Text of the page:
When designing intelligent interactive products, when researching user behavior and choices, when investigating the interplay of design and the Everyday, we are in need of data. Traditionally, data in design has been scarce. It was collected either in highly qualitative forms or the means to scale were lacking. Data, if it is collected at all, is silo'ed, that means, it is stored and processed in proprietary ways that are not open to other designers and a community of design students, educators and researchers (Funk, Chiang, & van der Born, 2019).
With data foundry, we aim to change this. We want to scale up data collection and processing, we want to make it extremely easy to connect to various data sources and combine all data into a common format that encourages new forms of design research, mashing up and creative inquiry beyond the low-scale qualitative.
A survey among staff, students and alumni of the Industrial Design department at the end of 2018 revealed a diversity of data-related research projects, a variety of commonly used tools, and explicit difficulties in basic data collection, processing, and storage tasks. In addition, new TU/e wide regulations on ethics and data management increase the burden on staff and students to perform design research. In designing the data infrastructure, we aimed for the following primary requirements:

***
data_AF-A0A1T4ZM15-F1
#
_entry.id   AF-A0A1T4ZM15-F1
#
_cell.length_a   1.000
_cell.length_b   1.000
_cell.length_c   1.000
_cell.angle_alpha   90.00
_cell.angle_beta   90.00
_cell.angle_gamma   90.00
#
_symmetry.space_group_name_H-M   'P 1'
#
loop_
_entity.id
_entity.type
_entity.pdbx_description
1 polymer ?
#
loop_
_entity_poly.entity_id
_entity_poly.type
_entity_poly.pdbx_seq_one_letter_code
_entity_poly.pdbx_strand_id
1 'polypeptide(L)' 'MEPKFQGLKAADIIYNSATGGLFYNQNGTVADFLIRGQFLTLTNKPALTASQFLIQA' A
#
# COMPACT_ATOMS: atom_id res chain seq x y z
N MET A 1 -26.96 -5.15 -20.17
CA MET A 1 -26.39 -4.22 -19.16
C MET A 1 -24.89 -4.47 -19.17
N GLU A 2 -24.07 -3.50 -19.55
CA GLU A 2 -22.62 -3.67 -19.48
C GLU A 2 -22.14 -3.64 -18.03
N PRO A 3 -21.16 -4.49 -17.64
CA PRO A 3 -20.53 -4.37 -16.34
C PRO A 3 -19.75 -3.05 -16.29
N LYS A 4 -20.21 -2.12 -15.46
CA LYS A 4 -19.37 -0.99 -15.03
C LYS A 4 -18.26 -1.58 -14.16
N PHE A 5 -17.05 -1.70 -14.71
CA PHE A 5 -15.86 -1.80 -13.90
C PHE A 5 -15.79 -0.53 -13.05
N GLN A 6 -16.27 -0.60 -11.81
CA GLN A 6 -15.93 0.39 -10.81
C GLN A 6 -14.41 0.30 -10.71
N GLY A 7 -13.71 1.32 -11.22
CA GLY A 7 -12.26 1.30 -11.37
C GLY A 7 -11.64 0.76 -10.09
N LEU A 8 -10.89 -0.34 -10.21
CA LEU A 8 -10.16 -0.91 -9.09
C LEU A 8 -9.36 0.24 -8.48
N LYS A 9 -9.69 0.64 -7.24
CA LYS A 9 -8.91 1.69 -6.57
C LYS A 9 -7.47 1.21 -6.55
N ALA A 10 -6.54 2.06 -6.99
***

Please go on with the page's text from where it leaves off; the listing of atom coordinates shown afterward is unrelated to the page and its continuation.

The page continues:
When focusing on data and technology, two aspects are easy to neglect: the embedding of the data infrastructure in a context of learning and working with it. The former entails educating both staff and students about ways to work with data and to achieve results. The latter concerns the legal and ethical frameworks present and mandated.
The ID data structure has been piloted in the "Data-enabled Design" Master course in April/May 2019 and we showed how students were able to collect over 1m data items with little prior knowledge and support. The infrastructure has also been used in further courses and design projects since June 2019. It is part of the curriculum of present and upcoming ID courses on data, sensors and AI/ML.
Although there are still infrastructure components that need to take the test of time, there are several aspects of data-driven or data-enabled design research that need support: the bi-directional interfacing with the context , i.e., participants, prototypes and their environments, the learning and modeling of data, and the systemic use of collected and generated data through the infrastructure.
Please let us know if you are interested in using Data Foundry for non-academic projects or a different organization; we are to support this as well.
Funk, M., Chiang, I., & van der Born, E. J. (2019). Data Foundry: A Data Infrastructure for Design Research (p. 1). Retrieved from https://www.tue.nl/en/research/research-areas/data-science/data-science-summit-2019/